August is often when the fruits of our labors reveal themselves. Gardens planted in late spring are now (hopefully) full of life and we are left reaping and sharing the bounty. In reflecting on this further, I couldn't help but think of all of the benefits a garden provides.
Think of the enjoyment as you begin the initial planning in the spring, and the pure satisfaction of seeing the first sprouts of green peeking up through the soil – leaving you in joyful anticipation of what is to come. Having a garden in your life can be restoring. It gives you something to care for, celebrate, and later on, even gives something back.
Think of how you feel when you receive a beautiful bouquet of garden flowers or fresh fruits and vegetables from the farmer's market or maybe a few treasures shared with you from a generous friend or neighbor. It's priceless. Having a garden can nourish your spirit and your body.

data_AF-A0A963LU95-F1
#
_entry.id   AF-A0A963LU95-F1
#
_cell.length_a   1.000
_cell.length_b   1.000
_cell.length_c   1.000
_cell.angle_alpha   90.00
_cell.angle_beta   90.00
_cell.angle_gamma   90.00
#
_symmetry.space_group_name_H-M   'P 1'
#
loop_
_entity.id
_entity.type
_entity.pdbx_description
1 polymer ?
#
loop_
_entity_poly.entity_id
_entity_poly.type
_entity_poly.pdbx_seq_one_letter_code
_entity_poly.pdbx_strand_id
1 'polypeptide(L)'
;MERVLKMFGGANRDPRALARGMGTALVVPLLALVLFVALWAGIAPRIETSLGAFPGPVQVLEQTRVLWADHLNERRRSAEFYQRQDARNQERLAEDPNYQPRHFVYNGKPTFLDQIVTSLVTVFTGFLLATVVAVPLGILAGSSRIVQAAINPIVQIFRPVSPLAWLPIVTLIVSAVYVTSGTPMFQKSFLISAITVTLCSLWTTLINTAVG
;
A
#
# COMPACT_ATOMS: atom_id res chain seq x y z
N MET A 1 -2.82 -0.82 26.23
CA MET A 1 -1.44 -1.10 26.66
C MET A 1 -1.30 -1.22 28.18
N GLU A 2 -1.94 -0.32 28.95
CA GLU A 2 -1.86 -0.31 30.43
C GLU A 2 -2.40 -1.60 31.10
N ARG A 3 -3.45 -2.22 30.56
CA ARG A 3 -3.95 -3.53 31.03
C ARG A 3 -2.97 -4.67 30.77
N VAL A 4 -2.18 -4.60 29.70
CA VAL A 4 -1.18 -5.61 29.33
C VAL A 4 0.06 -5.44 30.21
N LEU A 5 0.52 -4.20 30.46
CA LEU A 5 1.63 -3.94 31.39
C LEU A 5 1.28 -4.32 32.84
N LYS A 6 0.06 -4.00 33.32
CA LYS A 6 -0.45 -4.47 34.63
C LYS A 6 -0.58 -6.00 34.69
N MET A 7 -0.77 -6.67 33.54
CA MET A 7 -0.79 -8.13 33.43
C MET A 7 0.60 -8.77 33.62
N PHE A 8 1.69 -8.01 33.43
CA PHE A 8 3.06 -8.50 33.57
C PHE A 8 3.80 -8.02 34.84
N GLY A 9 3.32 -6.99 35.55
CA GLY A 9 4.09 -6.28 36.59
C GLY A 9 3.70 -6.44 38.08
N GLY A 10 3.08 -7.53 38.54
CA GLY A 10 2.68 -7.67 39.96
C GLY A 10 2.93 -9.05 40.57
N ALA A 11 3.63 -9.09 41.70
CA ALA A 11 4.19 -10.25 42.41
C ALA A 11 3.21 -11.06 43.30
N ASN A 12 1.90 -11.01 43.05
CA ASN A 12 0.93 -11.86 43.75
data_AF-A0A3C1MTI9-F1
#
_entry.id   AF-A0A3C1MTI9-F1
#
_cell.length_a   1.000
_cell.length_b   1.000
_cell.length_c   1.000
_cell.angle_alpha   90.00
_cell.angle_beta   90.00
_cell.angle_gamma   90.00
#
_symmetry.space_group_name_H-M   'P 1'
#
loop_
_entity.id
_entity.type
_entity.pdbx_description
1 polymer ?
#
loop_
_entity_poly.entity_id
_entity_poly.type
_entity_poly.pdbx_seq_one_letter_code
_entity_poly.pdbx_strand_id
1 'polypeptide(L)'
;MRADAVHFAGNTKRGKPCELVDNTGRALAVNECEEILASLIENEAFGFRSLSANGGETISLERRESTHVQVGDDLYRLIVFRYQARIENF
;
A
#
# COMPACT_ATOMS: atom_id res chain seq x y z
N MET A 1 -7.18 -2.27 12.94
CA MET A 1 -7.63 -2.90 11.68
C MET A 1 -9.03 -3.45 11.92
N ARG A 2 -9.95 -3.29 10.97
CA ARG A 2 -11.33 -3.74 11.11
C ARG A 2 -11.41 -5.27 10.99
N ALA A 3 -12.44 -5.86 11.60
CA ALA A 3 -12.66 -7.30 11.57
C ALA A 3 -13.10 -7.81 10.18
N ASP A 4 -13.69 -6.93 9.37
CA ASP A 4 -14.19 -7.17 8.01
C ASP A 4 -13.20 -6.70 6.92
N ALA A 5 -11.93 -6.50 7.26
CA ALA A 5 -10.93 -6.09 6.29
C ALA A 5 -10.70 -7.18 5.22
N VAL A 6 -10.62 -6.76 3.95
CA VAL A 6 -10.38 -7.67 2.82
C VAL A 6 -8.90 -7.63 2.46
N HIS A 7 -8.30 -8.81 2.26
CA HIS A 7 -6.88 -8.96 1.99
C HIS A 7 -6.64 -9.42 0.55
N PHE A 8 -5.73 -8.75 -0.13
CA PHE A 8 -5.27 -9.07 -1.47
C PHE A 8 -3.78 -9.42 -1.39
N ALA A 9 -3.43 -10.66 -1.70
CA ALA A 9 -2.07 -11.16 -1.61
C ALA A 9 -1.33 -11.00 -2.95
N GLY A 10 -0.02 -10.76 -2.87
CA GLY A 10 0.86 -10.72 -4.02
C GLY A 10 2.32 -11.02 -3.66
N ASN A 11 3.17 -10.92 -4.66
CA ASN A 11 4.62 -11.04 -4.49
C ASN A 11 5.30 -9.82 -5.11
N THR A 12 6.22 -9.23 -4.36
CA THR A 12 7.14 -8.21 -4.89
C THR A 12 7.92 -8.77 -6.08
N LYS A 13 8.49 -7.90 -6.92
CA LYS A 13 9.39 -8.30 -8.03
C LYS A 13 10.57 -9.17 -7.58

If you don't have a lot of space, start a little potted garden in your windowsill or on your patio. If you have physical limitations, ask a friend or family member to help you get things started. Once the plants are in their place, it just takes a few minutes every day to water, prune and care for your them.
Gardens can also hold special significance, such as survivor or memorial gardens or neighborhood plots where people come together to plant and care for the garden. What an incredible way to keep in touch with others, get a little physical activity and stay healthy with fresh produce.
How has gardening offered you healing and restoration?
An additional discussion that may be of interest: Nature and its role in your mental health.
Send an email to invite people you know to join the Cancer Education Center page.